• AZWFF
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    Wellington's Men Remembered is a reference work which has been compiled on behalf of the Association of Friends of the Waterloo Committee and contains over 3,000 memorials to soldiers who fought in the Peninsular War and at Waterloo between 1808 and 1815, together with 150 battlefield and regimental memorials in 24 countries worldwide. Photographs of memorials are included in a CD Rom inserted in each
  • BKANK
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    The new Hanoverian dynasty that came to power with the accession of George I in 1714 inherited the largest navy in the world. In the course of the century, this force would see a vast amount of action against nearly every major navy, reaching a pinnacle of success in the Seven Years War only to taste defeat in the American Revolutionary struggle, when it faced the combined navies of France, Spain, the Netherlands, and the rebellious colonies themselves. Considering the contribution to history of these ships, there is surprisingly little readily available on their careers. Now this gap is comprehensively filled by this superb reference book, outlining the service history of every ship, built, purchased or captured, that fought for the Royal Navy in the great wars of the eighteenth century - well over 2000 vessels. The book is organised by Rate, classification and class, with outline technical and building data, but followed by a concise summary of the careers of each ship in every class. This includes commissioning dates, refit periods, changes of captain, the stations where they served (and when), as well as details of any noteworthy actions in which they took part. It will enable anyone to follow up a casual reference to any warship, and will provide the researcher with a solid core of information on which to base further study. With nothing remotely like it in print, this is a work of the utmost importance to every naval historian and general reader interested in the navy of the sailing era.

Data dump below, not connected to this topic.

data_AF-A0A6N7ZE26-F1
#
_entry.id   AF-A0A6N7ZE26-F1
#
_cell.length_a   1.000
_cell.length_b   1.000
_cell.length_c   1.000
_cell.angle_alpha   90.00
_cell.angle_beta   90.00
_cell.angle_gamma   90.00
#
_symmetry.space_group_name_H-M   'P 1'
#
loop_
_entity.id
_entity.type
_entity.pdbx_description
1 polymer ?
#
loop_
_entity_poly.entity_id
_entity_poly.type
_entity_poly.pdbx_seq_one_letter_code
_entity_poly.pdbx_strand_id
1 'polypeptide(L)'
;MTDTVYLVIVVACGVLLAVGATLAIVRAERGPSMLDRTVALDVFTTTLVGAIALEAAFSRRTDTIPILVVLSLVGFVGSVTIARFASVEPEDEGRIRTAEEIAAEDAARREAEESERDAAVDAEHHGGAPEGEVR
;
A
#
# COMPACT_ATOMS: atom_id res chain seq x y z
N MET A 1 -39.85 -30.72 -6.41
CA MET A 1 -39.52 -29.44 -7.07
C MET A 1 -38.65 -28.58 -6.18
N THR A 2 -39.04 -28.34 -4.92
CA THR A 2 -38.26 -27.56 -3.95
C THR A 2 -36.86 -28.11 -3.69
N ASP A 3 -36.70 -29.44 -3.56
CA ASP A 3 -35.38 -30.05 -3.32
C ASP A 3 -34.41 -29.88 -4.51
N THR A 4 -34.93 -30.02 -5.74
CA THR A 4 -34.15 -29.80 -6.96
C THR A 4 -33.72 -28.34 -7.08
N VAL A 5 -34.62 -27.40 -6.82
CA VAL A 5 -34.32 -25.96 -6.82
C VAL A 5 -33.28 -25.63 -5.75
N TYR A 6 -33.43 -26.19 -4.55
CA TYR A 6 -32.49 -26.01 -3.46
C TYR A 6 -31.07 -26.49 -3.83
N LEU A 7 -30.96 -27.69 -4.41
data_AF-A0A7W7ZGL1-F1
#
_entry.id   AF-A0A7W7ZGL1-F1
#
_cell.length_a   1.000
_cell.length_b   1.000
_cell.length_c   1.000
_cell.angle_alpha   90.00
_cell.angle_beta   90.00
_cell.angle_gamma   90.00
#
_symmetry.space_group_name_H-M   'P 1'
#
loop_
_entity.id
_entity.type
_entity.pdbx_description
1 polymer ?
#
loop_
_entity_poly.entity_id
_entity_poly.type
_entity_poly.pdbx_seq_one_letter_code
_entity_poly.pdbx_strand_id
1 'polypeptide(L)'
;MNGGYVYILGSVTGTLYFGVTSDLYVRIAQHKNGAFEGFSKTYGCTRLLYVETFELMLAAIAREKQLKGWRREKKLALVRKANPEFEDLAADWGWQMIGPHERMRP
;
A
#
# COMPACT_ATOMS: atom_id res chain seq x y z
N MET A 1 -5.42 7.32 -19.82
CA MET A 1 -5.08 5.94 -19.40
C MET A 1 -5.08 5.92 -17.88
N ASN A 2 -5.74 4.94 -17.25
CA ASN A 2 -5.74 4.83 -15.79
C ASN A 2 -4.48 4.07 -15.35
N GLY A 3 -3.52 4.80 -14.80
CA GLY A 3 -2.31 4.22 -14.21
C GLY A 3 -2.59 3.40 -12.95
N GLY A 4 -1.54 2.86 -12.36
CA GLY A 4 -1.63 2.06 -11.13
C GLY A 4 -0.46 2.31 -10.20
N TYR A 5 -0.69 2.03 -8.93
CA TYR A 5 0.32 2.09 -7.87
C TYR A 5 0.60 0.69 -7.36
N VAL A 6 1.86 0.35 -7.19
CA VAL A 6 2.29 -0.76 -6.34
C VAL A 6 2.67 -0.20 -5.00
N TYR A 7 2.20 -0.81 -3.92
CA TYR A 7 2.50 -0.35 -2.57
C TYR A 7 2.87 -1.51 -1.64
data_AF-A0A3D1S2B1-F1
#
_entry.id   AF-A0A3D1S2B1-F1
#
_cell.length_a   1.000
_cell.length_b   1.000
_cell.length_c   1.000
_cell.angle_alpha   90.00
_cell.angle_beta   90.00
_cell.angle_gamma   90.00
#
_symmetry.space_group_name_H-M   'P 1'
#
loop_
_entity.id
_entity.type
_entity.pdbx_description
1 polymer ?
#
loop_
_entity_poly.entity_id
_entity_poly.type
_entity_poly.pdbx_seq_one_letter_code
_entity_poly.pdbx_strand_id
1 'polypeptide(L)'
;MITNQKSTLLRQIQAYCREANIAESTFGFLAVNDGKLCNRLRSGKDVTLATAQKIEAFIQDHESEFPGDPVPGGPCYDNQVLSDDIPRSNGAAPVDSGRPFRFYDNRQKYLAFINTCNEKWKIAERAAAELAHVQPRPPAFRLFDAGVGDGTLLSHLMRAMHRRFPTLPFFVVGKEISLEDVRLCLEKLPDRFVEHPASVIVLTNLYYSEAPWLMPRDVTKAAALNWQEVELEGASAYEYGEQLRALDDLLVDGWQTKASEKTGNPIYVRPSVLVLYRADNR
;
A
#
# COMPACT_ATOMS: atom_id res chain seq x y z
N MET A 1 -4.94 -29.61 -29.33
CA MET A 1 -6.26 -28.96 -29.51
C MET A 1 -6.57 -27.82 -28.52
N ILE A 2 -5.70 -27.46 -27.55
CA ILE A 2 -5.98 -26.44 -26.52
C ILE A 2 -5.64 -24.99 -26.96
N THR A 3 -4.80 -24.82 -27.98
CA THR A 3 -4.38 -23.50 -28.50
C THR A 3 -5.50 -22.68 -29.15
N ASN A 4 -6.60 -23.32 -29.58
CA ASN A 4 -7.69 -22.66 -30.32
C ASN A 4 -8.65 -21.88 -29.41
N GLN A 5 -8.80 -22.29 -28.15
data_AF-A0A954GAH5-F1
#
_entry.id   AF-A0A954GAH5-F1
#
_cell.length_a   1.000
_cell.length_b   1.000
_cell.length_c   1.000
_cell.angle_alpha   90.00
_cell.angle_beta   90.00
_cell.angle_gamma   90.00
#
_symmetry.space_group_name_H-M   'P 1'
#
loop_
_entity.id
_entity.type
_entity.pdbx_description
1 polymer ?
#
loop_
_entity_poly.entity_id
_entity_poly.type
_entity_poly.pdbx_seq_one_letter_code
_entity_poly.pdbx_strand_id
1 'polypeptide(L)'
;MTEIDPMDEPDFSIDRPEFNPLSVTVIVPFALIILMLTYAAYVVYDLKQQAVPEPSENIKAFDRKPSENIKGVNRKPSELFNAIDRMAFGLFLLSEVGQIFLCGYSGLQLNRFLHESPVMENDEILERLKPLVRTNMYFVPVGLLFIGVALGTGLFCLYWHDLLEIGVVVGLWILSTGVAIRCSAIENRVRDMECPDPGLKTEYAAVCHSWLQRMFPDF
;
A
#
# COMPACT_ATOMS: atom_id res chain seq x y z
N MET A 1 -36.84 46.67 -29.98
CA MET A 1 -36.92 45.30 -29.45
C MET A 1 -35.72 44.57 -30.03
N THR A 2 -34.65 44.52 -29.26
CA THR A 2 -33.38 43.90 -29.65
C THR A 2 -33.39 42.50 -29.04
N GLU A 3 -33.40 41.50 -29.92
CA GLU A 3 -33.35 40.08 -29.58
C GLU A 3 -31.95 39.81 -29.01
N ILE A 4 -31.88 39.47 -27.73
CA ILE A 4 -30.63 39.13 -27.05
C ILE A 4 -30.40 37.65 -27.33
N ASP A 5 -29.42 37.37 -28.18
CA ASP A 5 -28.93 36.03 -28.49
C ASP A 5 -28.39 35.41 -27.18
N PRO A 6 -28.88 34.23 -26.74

• AZORB